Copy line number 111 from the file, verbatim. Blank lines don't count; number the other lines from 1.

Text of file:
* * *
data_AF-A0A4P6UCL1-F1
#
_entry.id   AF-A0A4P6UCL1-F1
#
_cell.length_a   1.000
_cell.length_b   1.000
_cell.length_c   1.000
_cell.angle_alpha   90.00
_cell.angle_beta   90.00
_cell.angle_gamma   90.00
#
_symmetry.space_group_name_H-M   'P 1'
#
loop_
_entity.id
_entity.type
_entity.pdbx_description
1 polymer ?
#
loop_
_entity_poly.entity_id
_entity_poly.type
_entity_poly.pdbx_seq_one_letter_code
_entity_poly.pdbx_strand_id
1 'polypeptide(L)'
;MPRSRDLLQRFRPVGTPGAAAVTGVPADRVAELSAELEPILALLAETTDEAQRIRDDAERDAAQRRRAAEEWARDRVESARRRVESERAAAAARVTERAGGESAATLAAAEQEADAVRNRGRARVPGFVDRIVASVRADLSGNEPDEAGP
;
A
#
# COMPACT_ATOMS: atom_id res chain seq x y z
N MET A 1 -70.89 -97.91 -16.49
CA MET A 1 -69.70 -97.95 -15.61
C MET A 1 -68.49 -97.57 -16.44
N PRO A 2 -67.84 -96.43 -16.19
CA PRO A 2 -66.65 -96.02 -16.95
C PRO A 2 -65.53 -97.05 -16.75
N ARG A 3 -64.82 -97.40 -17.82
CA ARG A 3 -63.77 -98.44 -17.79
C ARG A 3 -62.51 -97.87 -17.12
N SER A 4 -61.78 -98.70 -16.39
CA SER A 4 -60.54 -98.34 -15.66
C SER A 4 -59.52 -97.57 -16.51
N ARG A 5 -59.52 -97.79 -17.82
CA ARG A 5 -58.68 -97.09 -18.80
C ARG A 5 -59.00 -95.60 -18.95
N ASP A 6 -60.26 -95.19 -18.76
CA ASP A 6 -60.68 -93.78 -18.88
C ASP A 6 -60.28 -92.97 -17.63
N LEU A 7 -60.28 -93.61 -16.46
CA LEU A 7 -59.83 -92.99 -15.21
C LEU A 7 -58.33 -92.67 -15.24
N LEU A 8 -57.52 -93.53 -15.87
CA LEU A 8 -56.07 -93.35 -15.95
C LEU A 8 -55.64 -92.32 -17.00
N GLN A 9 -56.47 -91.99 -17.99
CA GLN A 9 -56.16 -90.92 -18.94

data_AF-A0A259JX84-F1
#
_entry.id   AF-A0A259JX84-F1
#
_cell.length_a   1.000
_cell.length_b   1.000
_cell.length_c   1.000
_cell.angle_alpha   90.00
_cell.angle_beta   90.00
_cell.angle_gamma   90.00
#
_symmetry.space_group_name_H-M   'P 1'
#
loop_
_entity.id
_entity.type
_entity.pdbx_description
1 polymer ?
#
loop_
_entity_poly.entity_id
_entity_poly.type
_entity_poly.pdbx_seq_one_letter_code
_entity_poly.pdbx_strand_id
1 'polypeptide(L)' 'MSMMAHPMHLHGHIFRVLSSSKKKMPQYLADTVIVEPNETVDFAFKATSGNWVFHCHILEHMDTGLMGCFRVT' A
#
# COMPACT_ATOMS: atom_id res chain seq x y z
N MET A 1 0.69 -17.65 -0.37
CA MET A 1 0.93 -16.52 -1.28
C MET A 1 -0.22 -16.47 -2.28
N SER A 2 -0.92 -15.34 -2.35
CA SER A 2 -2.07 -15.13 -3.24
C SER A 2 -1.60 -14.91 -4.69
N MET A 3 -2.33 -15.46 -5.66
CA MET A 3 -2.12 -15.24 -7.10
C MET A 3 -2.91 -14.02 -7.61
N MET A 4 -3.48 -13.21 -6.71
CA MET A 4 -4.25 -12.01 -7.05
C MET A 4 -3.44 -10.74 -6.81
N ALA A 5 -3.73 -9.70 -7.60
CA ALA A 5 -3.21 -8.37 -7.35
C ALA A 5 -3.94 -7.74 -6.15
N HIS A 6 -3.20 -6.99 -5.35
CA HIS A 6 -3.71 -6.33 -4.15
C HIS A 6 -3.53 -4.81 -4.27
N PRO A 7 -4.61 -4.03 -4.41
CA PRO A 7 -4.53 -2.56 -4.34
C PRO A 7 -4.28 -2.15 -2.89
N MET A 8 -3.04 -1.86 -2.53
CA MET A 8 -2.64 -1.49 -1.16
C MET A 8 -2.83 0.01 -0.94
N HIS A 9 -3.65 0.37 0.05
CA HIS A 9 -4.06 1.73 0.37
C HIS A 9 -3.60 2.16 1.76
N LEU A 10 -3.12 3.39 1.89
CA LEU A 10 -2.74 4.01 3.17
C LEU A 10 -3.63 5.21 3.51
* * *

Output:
N LEU A 10 -3.12 3.39 1.89